Cop Who Stomped on Handcuffed Black Suspect's Head Returns to Work
Columbus Police Officer Zachary Rosen was fired over the summer after video footage showed him stomping on a suspect. Now he haws been reinstated.
At the time of the incident Rosen approached the scene where DeMarco Anderson was already restrained and handcuffed on the ground. Anderson, the suspect in a shooting, reportedly elbowed an officer during an attempted arrest and attempted to flee the scene. But by the time Rosen got to Anderson, he was laying on the ground, restrained, at the end of a concrete driveway. Depsite this, Rosen ran over and stomped on Anderson’s head.
Throughout the video Anderson is heard asking, “Why are you being aggressive” and at one point says, “Are you serious I got cuffs on, sir.”
Drugs and a weapon were later discovered in Anderson’s backpack. But Columbus Public Safety Director Ned Pettus determined that Rosen’s use of force was still excessive and fired Rosen.
Columbus Police Chief Kim Jacobs had called for a suspension, not a firing, and the Fraternal Order of Police supported Rosen from the start.
Jason Pappas, president of the Fraternal Order of Police Capital City Lodge No. 9, said in a statement, “This union will not tolerate their brothers and sisters being used as political pawns or scapegoats for the benefit of the administration.”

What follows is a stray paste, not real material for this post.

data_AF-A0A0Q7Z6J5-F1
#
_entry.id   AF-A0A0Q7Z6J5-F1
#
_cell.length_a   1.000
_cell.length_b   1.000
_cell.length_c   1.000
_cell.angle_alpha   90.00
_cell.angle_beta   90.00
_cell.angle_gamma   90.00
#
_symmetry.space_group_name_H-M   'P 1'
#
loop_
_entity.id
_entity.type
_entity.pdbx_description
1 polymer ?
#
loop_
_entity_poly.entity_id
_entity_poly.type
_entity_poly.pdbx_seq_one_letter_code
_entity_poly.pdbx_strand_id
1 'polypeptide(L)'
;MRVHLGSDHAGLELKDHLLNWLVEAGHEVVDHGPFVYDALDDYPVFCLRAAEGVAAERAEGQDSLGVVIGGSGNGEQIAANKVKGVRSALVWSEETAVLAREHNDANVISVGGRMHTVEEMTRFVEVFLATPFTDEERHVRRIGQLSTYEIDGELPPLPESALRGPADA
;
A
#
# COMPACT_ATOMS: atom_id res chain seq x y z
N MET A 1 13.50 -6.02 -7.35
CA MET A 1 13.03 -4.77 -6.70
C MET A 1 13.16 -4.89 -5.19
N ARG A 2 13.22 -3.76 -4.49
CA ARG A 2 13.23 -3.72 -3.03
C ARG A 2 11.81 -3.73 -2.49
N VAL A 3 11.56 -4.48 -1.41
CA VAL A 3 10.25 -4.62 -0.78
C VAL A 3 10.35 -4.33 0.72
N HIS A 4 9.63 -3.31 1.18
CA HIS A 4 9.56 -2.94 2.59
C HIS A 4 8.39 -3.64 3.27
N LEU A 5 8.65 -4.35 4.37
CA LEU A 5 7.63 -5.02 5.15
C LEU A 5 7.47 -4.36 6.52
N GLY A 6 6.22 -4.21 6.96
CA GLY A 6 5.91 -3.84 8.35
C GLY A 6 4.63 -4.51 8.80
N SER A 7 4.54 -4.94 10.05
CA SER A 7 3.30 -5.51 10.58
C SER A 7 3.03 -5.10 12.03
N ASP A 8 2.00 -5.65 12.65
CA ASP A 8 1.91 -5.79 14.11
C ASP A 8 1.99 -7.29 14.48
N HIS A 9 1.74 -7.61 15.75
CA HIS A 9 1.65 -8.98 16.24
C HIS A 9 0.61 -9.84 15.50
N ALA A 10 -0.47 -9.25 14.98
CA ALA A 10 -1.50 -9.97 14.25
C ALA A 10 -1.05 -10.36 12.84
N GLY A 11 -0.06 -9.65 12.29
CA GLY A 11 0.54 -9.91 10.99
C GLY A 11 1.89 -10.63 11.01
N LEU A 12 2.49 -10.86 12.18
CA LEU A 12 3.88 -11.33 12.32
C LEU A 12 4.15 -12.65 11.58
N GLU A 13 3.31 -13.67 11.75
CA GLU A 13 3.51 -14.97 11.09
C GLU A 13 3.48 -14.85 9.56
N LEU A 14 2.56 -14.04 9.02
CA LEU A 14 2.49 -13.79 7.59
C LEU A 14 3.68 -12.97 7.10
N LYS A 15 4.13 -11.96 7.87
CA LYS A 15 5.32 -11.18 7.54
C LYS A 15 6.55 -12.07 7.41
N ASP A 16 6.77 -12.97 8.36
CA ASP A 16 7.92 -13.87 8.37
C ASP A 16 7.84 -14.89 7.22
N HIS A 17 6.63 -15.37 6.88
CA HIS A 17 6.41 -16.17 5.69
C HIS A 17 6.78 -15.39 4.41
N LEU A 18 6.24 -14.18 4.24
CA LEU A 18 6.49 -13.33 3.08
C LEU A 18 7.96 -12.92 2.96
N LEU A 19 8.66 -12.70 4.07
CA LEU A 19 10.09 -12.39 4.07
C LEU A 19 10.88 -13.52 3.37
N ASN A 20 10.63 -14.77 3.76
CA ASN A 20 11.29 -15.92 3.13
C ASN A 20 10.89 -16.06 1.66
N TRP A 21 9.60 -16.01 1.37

The Fraternal Order of Police appealed the firing, and this month arbitrator Mitchell Goldberg agreed. Goldberg acknowledged that Rosen did use excessive force but does not believe Rosen meant to injure the suspect.
Pappas said at the time of Rosen’s firing: “Everyone knows that he’s going to get his job back.”
According to a Washington Post analysis, a little under a quarter of police officers who were fired for misconduct, “from cheating on overtime to unjustified shootings,” were reinstated.
“Most of the officers regained their jobs when police chiefs were overruled by arbitrators, typically lawyers hired to review the process. In many cases, the underlying misconduct was undisputed, but arbitrators often concluded that the firings were unjustified because departments had been too harsh, missed deadlines, lacked sufficient evidence or failed to interview witnesses,” the Post reported.
In Rosen’s case, this was not his first brush with violence on the job. In 2016 he was dressed in plain clothes along with another officer. The two men approached Henry Green, who was carrying a gun, and ordered him to drop his weapon. All three men fired shots. Green was shot seven times, according to an autopsy, and succumbed from a gunshot wound to the chest. Rosen fired his weapon 15 times.
Rosen and the other officer, Jason Barre, initially said they identified themselves as police officers when they approached Green. But they later backtracked and said they could not recall if they did. A grand jury ruled that the use of force was justified in this case and the officers were not indicted.